There are more than 120 different types of brain tumors, many of which are cancerous, but the deadliest, and sadly most common, is the aggressive, fast-growing glioblastoma multiforme (GBM), a type of central nervous system tumor that forms on the brain’s supportive tissue. For several years now, researchers have been turning to 3D technologies to help better understand and treat this lethal disease, and the latest efforts are by a team of Tel Aviv University researchers, who used 3D bioprinting to fabricate an entire active, viable glioblastoma tumor.
The tumor, printed out of human glioblastoma tissues taken from actual patients at the Tel Aviv Sourasky Medical Center, includes a system of tubes, akin to blood vessels, that allow drugs and blood cells alike to flow through, in a simulation of an actual tumor. Led by Professor Ronit Ronit Satchi-Fainaro, Sackler Faculty of Medicine and Sagol School of Neuroscience, and PhD student Lena Neufeld, the results of the study were recently published in Science Advances.
“Glioblastoma is the most lethal cancer of the central nervous system, accounting for most brain malignancies. In a previous study, we identified a protein called P-Selectin, produced when glioblastoma cancer cells encounter microglia — cells of the brain’s immune system. We found that this protein is responsible for a failure in the microglia, causing them to support rather than attack the deadly cancer cells, helping the cancer spread,” explained Prof. Satchi-Fainaro, who is also the Director of the Cancer Biology Research Center, Head of the Cancer Research and Nanomedicine Laboratory, and Director of the Morris Kahn 3D-BioPrinting for Cancer Research Initiative, all at the university. “However, we identified the protein in tumors removed during surgery, but not in glioblastoma cells grown on 2D plastic petri dishes in our lab. The reason is that cancer, like all tissues, behaves very differently on a plastic surface than it does in the human body. Approximately 90% of all experimental drugs fail at the clinical stage because the success achieved in the lab is not reproduced in patients.”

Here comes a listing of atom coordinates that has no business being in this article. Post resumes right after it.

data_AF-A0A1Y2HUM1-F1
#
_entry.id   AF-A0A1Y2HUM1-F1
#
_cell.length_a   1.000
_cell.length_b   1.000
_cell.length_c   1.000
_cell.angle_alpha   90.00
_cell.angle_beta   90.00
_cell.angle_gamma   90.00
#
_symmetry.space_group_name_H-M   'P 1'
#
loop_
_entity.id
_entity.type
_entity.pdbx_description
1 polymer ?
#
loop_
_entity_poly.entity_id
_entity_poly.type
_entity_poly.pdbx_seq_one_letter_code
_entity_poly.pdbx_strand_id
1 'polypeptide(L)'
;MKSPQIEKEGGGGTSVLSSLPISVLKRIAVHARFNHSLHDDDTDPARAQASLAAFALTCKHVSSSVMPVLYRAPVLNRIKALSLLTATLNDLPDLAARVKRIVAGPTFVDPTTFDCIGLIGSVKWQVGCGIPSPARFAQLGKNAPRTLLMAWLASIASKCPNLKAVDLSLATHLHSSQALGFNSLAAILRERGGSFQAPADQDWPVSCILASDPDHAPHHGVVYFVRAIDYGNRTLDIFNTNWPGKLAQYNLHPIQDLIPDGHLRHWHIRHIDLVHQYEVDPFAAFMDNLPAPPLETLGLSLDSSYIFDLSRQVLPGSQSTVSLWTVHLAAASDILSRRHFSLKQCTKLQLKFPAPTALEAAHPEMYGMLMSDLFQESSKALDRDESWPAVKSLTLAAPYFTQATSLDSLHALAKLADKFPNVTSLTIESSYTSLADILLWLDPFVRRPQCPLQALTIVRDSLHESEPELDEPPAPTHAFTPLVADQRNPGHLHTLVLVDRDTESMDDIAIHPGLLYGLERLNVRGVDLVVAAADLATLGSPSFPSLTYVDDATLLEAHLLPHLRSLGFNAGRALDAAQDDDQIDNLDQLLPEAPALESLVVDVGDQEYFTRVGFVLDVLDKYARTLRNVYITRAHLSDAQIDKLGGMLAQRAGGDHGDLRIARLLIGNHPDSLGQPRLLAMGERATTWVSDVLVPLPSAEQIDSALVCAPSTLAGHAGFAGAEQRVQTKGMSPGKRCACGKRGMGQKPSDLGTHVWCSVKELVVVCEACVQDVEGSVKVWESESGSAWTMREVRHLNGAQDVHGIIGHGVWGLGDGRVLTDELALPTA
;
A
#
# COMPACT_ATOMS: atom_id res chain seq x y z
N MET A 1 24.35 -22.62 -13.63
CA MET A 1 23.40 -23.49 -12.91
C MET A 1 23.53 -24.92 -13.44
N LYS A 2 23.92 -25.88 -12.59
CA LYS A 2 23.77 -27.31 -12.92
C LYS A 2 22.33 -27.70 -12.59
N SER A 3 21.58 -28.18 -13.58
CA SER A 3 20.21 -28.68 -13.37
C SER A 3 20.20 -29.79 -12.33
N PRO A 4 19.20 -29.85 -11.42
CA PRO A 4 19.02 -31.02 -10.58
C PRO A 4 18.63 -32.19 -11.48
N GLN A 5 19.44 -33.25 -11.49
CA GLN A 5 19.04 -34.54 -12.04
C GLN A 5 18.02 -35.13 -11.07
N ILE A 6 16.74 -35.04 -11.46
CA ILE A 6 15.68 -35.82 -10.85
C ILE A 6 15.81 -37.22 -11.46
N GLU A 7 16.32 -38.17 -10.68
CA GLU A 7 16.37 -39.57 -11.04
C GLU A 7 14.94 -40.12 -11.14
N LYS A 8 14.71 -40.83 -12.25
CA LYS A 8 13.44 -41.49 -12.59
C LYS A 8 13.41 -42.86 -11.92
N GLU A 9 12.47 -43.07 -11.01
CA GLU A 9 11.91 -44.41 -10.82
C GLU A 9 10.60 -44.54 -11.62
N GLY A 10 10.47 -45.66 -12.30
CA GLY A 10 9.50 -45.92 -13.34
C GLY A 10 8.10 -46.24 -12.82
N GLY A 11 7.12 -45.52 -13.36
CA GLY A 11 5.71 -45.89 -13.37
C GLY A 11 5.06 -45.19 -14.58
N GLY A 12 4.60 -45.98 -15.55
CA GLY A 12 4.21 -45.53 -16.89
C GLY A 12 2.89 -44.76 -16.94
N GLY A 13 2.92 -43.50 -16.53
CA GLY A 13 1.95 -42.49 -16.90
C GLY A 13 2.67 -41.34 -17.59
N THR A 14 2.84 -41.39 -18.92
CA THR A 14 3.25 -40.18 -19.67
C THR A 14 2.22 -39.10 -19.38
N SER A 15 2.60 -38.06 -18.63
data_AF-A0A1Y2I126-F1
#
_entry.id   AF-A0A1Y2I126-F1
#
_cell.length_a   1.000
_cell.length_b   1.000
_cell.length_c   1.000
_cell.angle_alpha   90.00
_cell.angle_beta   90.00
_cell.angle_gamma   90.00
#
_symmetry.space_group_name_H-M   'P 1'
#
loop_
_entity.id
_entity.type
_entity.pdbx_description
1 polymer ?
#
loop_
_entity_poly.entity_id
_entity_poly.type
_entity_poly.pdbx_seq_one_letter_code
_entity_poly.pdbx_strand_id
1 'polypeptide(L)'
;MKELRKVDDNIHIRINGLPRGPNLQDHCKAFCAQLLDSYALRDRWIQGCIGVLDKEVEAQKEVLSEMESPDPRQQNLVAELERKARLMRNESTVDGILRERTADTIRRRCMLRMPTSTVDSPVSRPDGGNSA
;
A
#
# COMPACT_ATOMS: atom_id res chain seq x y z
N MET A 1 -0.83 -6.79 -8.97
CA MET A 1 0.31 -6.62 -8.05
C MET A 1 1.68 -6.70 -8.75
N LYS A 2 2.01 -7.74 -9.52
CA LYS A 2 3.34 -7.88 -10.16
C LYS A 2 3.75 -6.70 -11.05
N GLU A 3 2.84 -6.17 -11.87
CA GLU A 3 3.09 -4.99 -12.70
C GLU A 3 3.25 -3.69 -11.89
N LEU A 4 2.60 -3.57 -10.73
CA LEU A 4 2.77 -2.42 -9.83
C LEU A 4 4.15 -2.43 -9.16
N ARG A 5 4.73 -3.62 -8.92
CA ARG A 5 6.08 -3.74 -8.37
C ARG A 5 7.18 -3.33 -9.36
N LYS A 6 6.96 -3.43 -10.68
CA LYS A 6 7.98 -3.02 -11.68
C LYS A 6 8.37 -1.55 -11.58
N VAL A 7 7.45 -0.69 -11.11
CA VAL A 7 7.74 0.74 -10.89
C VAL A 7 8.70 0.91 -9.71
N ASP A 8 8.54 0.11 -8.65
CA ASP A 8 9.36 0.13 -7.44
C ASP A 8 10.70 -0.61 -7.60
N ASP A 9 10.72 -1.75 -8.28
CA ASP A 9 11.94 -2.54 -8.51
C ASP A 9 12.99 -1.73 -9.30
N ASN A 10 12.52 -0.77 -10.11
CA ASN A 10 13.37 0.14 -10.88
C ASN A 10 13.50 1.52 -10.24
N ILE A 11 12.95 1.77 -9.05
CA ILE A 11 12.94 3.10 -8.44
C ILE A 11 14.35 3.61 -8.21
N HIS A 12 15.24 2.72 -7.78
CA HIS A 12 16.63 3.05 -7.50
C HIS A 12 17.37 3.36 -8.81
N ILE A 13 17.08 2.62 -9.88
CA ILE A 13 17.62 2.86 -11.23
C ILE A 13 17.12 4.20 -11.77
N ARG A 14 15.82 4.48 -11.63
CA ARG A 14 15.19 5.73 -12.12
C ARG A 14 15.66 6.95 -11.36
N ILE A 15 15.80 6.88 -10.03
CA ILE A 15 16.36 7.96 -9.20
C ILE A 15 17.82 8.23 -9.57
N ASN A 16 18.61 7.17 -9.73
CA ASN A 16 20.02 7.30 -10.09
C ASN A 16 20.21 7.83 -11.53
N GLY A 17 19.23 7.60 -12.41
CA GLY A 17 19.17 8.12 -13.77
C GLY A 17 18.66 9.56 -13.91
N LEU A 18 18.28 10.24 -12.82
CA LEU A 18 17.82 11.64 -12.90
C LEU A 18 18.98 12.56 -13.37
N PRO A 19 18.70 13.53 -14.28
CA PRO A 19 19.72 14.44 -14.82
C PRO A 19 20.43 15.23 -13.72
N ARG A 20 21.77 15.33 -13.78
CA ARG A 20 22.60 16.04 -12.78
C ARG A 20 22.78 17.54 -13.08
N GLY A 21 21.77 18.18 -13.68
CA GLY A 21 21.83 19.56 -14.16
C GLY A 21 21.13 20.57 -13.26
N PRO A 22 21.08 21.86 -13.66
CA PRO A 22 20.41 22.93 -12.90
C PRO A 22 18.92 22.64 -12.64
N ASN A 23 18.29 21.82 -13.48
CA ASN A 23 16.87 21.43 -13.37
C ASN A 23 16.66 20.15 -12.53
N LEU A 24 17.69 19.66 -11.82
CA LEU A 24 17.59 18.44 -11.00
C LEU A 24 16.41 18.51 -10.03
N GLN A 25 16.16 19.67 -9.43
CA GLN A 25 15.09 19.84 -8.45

Eilam Yeini, Noa Reisman, Yael Shtilerman, Dr. Dikla Ben-Shushan, Sabina Pozzi, Dr. Galia Tiram, Dr. Anat Eldar-Boock, and Dr. Shiran Farber—other researchers at Prof. Satchi-Fainaro’s laboratory—helped Neufeld develop this new technology. The bioprinted glioblastoma tumor model includes 3D cancer tissue that’s surrounded by an extracellular matrix, which uses functional blood vessels to communicate with its microenvironment and solve the problem about cancer behaving differently in the human body than it does on plastic.
“It’s not only the cancer cells. It’s also the cells of the microenvironment in the brain; the astrocytes, microglia and blood vessels connected to a microfluidic system — namely a system enabling us to deliver substances like blood cells and drugs to the tumor replica,” Prof. Satchi-Fainaro said. “Each model is printed in a bioreactor we have designed in the lab, using a hydrogel sampled and reproduced from the extracellular matrix taken from the patient, thereby simulating the tissue itself. The physical and mechanical properties of the brain are different from those of other organs, like the skin, breast, or bone. Breast tissue consists mostly of fat, bone tissue is mostly calcium; each tissue has its own properties, which affect the behavior of cancer cells and how they respond to medications. Growing all types of cancer on identical plastic surfaces is not an optimal simulation of the clinical setting.”